The cream continued to rise to the top in the NFL in Week 6, narrowing my list of the league’s elite teams to eight squads. The Cardinals climbed to the top of the pile thanks to a statement win over the Browns, but the gap separating Arizona from the likes of the Buccaneers, Rams, Ravens, Cowboys, Bills, and Packers remains as slim as can be. With six weeks in the books, here’s my updated Power Rankings.
The Top Shelf
1. Arizona Cardinals (6-0)
2. Tampa Bay Buccaneers (5-1)
3. Los Angeles Rams (5-1)
4. Baltimore Ravens (5-1)
5. Dallas Cowboys (5-1)
6. Buffalo Bills (4-2)
7. Green Bay Packers (5-1)
It’s past time to take the Cardinals seriously.
If you’ve been harboring doubts about the legitimacy of the Cardinals’ red-hot start, now might be the time to finally let those thoughts go. It’s true that Arizona has torn through lower-quality opponents in Jacksonville and San Francisco, to name a couple. But after watching the Cardinals take down the top-notch Rams in Week 4 and another very tough opponent in the Browns on Sunday, it’s getting harder and harder to deny that this team is a real Super Bowl contender.
Arizona’s winning formula starts, of course, with quarterback Kyler Murray, who completed 20 of 30 passes for 229 yards and four touchdowns in the convincing 37-14 win. Murray did most of his damage with his arm (he rushed seven times for just 6 yards), spreading the ball out to his playmaking weapons while finding DeAndre Hopkins for two scores, A.J. Green on another, and Christian Kirk for yet another. Making Murray’s performance all that more impressive was the fact that he did all that without head coach and play-caller Kliff Kingsbury, who missed the game after a positive COVID-19 test. Assistant wide receivers coach Spencer Whipple (??) took up Kingsbury’s play-calling mantle, and Arizona’s offense just kept humming: The Cardinals scored on their first five possessions, punted just twice all game, and dropped 37 points on Cleveland’s defense (it was the fifth time in six games this year that they’ve posted 30-plus points).
Murray remains an irreplaceable linchpin in the team’s high-scoring offense (which comes out of Week 6 averaging 32.3 points per game, fourth best), but on the whole, this year’s group feels more balanced and robust than it’s been in previous seasons. Murray has an ungraded skill group to work with thanks to the addition of Green during the offseason, and the team has gotten reliable contributions from running backs James Conner and Chase Edmonds. The scary part, though, is that this unit could take an even bigger jump down the stretch: Veteran tight end Zach Ertz (whom the team traded for on Friday) should give Murray another reliable security blanket on third downs, and rookie playmaker Rondale Moore is only scratching the surface of what he could do with an expanded role. This Arizona offense has shown week in and week out that it can beat opponents in a wide variety of ways―and the Cardinals still have an ace or two up their sleeve.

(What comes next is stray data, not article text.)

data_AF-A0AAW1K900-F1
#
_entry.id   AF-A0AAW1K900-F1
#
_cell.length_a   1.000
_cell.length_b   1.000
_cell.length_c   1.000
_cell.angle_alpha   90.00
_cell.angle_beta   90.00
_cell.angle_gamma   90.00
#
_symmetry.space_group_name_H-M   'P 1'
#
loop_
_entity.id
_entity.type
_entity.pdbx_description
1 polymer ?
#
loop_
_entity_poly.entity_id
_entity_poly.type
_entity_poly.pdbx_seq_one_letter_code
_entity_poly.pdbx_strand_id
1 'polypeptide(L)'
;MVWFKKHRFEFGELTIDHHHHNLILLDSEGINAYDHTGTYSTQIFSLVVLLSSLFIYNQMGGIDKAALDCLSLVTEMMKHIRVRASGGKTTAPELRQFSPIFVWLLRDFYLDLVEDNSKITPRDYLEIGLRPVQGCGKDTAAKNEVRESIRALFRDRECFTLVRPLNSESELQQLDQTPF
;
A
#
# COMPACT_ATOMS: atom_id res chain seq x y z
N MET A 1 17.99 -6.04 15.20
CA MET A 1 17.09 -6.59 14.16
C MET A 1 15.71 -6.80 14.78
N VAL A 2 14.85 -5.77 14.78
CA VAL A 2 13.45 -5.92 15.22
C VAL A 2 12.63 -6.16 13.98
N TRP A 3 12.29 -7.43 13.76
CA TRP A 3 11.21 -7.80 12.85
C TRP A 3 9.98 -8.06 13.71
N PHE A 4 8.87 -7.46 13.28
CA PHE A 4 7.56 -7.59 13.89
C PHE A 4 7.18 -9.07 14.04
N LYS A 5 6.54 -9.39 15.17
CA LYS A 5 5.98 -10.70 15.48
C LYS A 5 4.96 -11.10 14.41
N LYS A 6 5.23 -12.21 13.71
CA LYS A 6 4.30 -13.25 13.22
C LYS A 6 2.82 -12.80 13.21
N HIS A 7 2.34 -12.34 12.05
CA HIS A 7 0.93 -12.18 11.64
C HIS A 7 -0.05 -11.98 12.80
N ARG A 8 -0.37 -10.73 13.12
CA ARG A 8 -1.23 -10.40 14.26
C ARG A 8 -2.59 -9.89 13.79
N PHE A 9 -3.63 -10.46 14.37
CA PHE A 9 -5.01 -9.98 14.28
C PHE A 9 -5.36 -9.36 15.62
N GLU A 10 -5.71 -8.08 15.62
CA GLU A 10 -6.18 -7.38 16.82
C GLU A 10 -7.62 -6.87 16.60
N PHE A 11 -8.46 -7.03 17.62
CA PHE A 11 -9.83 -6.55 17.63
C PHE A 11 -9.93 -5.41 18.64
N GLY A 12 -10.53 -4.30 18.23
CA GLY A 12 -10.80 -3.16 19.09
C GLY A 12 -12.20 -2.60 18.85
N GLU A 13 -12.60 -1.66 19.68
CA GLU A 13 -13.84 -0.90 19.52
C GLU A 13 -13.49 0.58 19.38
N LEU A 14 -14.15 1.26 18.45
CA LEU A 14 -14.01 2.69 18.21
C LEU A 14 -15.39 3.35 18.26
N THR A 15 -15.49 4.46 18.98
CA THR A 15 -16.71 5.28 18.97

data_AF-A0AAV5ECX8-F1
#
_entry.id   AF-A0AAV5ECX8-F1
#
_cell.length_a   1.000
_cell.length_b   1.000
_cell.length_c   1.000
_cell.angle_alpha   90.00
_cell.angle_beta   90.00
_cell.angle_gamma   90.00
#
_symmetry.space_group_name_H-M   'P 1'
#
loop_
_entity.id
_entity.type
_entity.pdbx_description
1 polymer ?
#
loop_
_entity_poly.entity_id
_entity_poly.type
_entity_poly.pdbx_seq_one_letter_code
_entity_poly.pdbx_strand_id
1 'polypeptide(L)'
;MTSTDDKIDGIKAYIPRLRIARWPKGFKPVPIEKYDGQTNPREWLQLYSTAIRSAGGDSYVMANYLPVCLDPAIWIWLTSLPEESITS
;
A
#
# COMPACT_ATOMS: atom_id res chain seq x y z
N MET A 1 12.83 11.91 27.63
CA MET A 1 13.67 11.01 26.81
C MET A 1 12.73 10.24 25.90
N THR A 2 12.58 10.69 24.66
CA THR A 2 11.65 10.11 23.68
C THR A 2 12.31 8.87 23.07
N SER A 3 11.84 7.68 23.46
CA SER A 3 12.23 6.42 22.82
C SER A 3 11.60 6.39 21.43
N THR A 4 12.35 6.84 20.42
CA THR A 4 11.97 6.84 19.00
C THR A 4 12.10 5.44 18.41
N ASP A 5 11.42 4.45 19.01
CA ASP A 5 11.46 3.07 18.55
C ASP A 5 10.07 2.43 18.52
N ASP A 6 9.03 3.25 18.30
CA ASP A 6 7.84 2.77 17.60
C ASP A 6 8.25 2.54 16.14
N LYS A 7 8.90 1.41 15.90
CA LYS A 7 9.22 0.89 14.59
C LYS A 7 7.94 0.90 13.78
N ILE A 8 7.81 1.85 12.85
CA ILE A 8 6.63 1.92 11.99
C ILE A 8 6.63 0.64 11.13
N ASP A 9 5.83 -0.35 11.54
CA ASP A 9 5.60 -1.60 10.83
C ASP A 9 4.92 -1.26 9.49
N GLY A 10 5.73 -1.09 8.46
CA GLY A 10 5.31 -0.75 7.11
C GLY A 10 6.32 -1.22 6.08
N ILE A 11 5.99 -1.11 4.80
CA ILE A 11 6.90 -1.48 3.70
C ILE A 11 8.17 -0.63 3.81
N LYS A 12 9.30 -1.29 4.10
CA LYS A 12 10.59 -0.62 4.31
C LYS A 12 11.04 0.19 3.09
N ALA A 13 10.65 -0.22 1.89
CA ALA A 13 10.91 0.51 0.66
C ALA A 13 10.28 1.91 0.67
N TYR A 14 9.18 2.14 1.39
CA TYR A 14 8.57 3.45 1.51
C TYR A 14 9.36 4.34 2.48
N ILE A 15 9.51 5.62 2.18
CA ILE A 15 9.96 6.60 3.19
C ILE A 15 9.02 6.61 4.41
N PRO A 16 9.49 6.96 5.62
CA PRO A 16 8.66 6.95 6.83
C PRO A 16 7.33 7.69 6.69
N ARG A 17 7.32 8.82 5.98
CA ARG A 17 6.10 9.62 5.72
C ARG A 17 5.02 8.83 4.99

Defensively, Arizona continues to outperform expectations, too. Despite missing Chandler Jones (reserve/COVID-19 list), the Cardinals tallied five sacks against Cleveland’s beat-up offensive line, notching six tackles for a loss, six quarterback hits, six pass knockdowns, a pick, and two forced fumbles (both recovered by Arizona) in the win. And crucially, that unit dominated the Browns in most high-leverage situations, holding Cleveland to 3-of-10 on third downs and just 1-of-4 on fourth-down tries. Put it all together, and the Cardinals look like the Real McCoy.
The Ravens are rounding into elite form.
Coming into their marquee matchup with a white-hot Chargers team this week, the Ravens had the look of an exciting yet deeply flawed club that had clawed its way to a 4-1 record thanks largely to the fact that Lamar Jackson is ridiculously awesome at football. To wit: Baltimore’s defense had ranked just 22nd in DVOA through five weeks, had surrendered an average of 389.6 yards per game (24th), and had collected just five takeaways (tied for 17th) in that stretch. That unit looked like a massive vulnerability that could hold Jackson and the rest of the team back, in other words, and I expected the Justin Herbert–led Chargers would cut through them like a hot knife through butter. That did not happen.
The Ravens defense bowed up and played with a newfound discipline, holding Herbert to just 22-of-39 passing for 195 yards with one touchdown and one pick. They did so with a combination of exotic pressure looks up front and some stout coverage in the back end. They sacked Herbert twice, hit him another four times, and knocked down seven passes to go with a DeShon Elliott interception. In all, Baltimore held Los Angeles to a paltry 3.9 yards per play and won on both third and fourth downs (holding the Chargers to 3-of-12 conversions on third down and 1-of-4 conversions on fourth downs).